ROLLINSFORD, NH – Vermont Sen. Bernie Sanders said Sunday he’ll run as an independent for reelection next year, as he made his second visit in less than two months to the first-in-the-nation presidential primary state of neighboring New Hampshire — leaving his 2020 plans anybody’s guess.
The 2016 Democratic presidential candidate discussed his Senate reelection in an interview following an appearance in this small town along the Maine border. Sanders’ trip to the critical primary state stirred more speculation that he just might run again for the White House in 2020, especially as he rallies the left wing of the party around a controversial ‘Medicare-for-all’ bill on Capitol Hill.
But first things first. The former Burlington mayor turned congressman turned senator is up for reelection next year for a third term in the Senate. Minutes after energizing Democratic activists packed into an American Legion hall, Sanders dismissed any suggestion he’d run for his own seat as a Democrat next year.
“I am an independent and I have always run in Vermont as an independent, while I caucus with the Democrats in the United States Senate. That’s what I’ve been doing for a long time and that’s what I’ll continue to do,” Sanders said in the interview.
Some political strategists say if Sanders were to run for reelection as a Democrat, it would have been a clear tip to his 2020 intentions. However, running once again as an independent doesn’t preclude Sanders from making another bid for the Democratic presidential nomination either.
In his 45-minute speech on Sunday, Sanders received numerous standing ovations as he headlined a Strafford County Democratic Committee fundraising dinner and played the hits from last year’s campaign: demanding tuition-free college, a $15-an-hour minimum wage, the creation “of decent paying union jobs,” and the overturning of Citizens United.
“I love what Bernie says. I love the fact that he gets people energized. I love the fact that he gets people out to vote. If no other candidate can do that, then yes I’d like to see Bernie run again, but I’d like to see him with a very young vice president.”
Sanders argued “these are not radical ideas.”
The senator highlighted his single-payer health care plan, a long-shunned proposal that in the current climate has become a vehicle for Democratic colleagues — especially those eyeing a 2020 bid — to prove their liberal credentials.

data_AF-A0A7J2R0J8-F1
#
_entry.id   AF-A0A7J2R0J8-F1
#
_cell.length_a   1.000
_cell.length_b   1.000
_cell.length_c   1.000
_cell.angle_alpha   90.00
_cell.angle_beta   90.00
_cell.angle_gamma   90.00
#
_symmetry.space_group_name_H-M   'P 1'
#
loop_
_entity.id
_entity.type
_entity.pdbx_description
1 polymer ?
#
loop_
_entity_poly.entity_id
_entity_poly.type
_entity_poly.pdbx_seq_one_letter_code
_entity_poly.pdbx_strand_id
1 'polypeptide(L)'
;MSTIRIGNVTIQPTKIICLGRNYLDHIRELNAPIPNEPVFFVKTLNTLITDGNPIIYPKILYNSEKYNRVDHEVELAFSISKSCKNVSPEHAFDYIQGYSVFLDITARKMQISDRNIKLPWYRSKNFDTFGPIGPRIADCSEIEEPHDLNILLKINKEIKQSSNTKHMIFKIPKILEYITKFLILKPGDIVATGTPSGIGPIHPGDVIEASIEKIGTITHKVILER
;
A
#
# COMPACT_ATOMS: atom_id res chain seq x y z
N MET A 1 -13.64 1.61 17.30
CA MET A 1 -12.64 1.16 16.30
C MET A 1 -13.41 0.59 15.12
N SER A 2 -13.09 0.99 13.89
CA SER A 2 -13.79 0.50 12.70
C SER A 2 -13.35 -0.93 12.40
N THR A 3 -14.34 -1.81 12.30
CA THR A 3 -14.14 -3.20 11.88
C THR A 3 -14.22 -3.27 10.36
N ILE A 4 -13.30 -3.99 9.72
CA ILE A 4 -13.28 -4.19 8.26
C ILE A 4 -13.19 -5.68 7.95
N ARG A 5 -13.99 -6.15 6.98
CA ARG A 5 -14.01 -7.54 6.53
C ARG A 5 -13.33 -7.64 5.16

“It seems clear to me that we have one system that works well, and that’s called Medicare. Now is the time to expand Medicare for all and create a single-payer health care system,” Sanders said.
He said that last time he introduced the legislation, “I had one co-sponsor. Me.”
This time, he crowed, “we have 16 co-sponsors.”
While Republicans blast his health care bill as a colossal budget-buster, Sanders on Sunday took rhetorical shots at the other side of the aisle. The ranking member on the Budget Committee described the Senate GOP budget that narrowly passed last week as “ugly” and railed against Republican tax proposals as a “moral obscenity.”
Asked later about his game plan to bring down the GOP tax plan, Sanders explained, “I think we go to the American people.”
He voiced confidence it will be defeated “just as we were able to defeat their efforts to destroy the Affordable Care Act.”
Sanders crushed eventual Democratic presidential nominee Hillary Clinton in New Hampshire’s February 2016 Democratic presidential primary, launching him toward a long and bitter battle with Clinton for the nomination.
The Democratic divide exposed by that race remains to this day.
Sunday’s quick trip back to the Granite State was his second in two months. He headlined a major union breakfast in Manchester and a progressive rally in Concord on Labor Day.
Strafford County Democratic Committee Chairwoman Ellen Phillips said this was the first time a non-Democrat — in this case, an independent who caucuses with Democrats — headlined one of their fundraising dinners. She said, “It’s been an issue for me,” but added that “he’s going to make a lot of money for our candidates and that’s a good thing.”
Phillips said she voted for Sanders in last year’s presidential primary, but cautioned that Sanders’ age — he’s 76 — may be an issue next time around, adding that if she had her choice, she’d like a younger progressive as the Democratic Party’s nominee.
“I love what Bernie says. I love the fact that he gets people energized. I love the fact that he gets people out to vote. If no other candidate can do that, then yes, I’d like to see Bernie run again, but I’d like to see him with a very young vice president,” she added.